Ned Haughton v Minister for Planning and Delta Electricity
EDO NSW acted for Ned Haughton - a student and environmental activist challenging the Minister for Planning's approvals of two new coal or gas fired power stations - Bayswater B Power Station and the Mount Piper Power Station Extension.
Both proposals were declared to be 'critical infrastructure' projects under the Environmental Planning and Assessment Act 1979 (the EP&A Act), which means that the approvals could not be challenged by third party objectors without the Minister's permission.
Mr Haughton challenged the validity of the approvals on several grounds but, most significantly, on the ground that the Minister failed to consider the impact of the projects (both alone and together) on climate change. Mr Haughton argued that the Minister was required to do so as part of his duty to consider the public interest. Similarly, Mr Haughton sought to establish that the Minister failed to consider the principles of ecologically sustainable development (ESD), particularly the precautionary principle and the principle of intergenerational equity, as he was also required to do as part of his duty to consider the public interest.
Importantly, Mr Haughton also challenged the privative clause in the EP&A Act which sought to prevent judicial review of breaches of the EP&A Act in respect of critical infrastructure projects.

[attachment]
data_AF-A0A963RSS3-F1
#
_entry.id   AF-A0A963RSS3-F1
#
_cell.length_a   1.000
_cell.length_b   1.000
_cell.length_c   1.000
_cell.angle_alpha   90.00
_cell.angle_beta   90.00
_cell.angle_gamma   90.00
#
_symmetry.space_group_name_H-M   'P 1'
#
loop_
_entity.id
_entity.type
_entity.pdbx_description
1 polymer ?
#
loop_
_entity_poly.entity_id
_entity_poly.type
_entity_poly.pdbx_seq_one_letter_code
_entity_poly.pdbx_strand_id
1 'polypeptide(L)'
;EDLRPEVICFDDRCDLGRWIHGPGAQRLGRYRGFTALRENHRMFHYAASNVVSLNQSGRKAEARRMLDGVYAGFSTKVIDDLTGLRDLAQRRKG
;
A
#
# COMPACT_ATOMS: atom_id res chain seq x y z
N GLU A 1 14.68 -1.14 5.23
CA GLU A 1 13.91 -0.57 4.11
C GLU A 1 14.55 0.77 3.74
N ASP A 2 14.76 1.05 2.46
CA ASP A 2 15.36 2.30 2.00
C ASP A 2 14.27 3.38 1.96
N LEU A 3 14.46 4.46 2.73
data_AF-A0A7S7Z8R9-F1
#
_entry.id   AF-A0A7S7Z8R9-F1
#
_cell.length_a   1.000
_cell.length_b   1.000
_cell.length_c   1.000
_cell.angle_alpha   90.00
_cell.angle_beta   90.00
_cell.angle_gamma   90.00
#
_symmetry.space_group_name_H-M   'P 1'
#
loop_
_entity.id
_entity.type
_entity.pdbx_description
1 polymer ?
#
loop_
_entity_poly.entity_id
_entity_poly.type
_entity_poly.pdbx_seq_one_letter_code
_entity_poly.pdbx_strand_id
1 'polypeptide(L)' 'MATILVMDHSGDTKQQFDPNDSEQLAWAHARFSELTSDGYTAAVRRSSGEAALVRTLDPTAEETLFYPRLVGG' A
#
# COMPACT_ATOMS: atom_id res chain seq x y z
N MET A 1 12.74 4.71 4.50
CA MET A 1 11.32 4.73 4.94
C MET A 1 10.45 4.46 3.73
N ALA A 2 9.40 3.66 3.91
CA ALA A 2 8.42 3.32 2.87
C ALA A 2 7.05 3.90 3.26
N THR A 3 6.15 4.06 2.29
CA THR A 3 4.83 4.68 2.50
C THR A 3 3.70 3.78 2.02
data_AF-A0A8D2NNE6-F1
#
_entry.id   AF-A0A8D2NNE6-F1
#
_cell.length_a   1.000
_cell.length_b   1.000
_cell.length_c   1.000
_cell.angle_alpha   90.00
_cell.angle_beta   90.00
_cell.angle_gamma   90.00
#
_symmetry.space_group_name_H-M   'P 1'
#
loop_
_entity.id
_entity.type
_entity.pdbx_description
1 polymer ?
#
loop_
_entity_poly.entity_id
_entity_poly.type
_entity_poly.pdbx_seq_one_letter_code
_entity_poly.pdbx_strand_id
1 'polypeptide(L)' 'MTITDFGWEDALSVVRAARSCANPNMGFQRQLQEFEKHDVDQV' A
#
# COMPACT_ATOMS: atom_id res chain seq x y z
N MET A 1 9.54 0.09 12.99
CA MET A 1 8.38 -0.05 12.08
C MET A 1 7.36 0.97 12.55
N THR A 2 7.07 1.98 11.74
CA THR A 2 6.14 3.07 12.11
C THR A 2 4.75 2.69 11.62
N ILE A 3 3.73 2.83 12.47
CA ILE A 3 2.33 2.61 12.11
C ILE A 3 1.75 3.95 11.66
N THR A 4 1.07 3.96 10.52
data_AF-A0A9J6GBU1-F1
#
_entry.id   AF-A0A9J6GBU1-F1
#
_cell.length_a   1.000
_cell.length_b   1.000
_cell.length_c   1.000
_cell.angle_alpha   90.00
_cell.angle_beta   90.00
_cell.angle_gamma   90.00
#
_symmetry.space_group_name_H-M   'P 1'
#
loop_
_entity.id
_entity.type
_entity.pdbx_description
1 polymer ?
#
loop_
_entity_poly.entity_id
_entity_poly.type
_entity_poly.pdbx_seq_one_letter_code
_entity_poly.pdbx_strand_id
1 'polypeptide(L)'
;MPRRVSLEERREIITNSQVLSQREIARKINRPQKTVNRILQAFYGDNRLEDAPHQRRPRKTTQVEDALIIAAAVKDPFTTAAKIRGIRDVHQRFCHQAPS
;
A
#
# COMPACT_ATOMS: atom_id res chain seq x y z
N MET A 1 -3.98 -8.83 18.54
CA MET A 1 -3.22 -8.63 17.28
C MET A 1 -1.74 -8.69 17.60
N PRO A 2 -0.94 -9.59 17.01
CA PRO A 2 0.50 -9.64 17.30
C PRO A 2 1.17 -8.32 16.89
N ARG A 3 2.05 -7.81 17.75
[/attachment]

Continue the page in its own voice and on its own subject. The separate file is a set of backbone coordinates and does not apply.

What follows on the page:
On this issue, Mr Haughton was successful. The Court found that the privative clause in the EP&A Act could not remove the jurisdiction of the Court and that any person can bring proceedings to address alleged breaches of the Act.
However, Mr Haughton was unsuccessful on the remaining grounds. The Court found that although the Minister is required to consider the public interest, that requirement is general in terms of what it encompasses. Therefore, the Minister was not bound to consider any specific element of the public interest such as the principles of ESD or the impacts of the development on climate change. Rather, these are issues that can be balanced with other issues relevant to the public interest, including the need to secure the supply of electricity for the State. A failure to consider any one of these issues will not invalidate the decision. The Minister was not required to refer specifically to the principles of ESD in his decision.
EDO NSW acknowledges and thanks Ms C Adamson SC, Ms S Pritchard and Ms C Burnett of Counsel for their appearance and contribution to the case.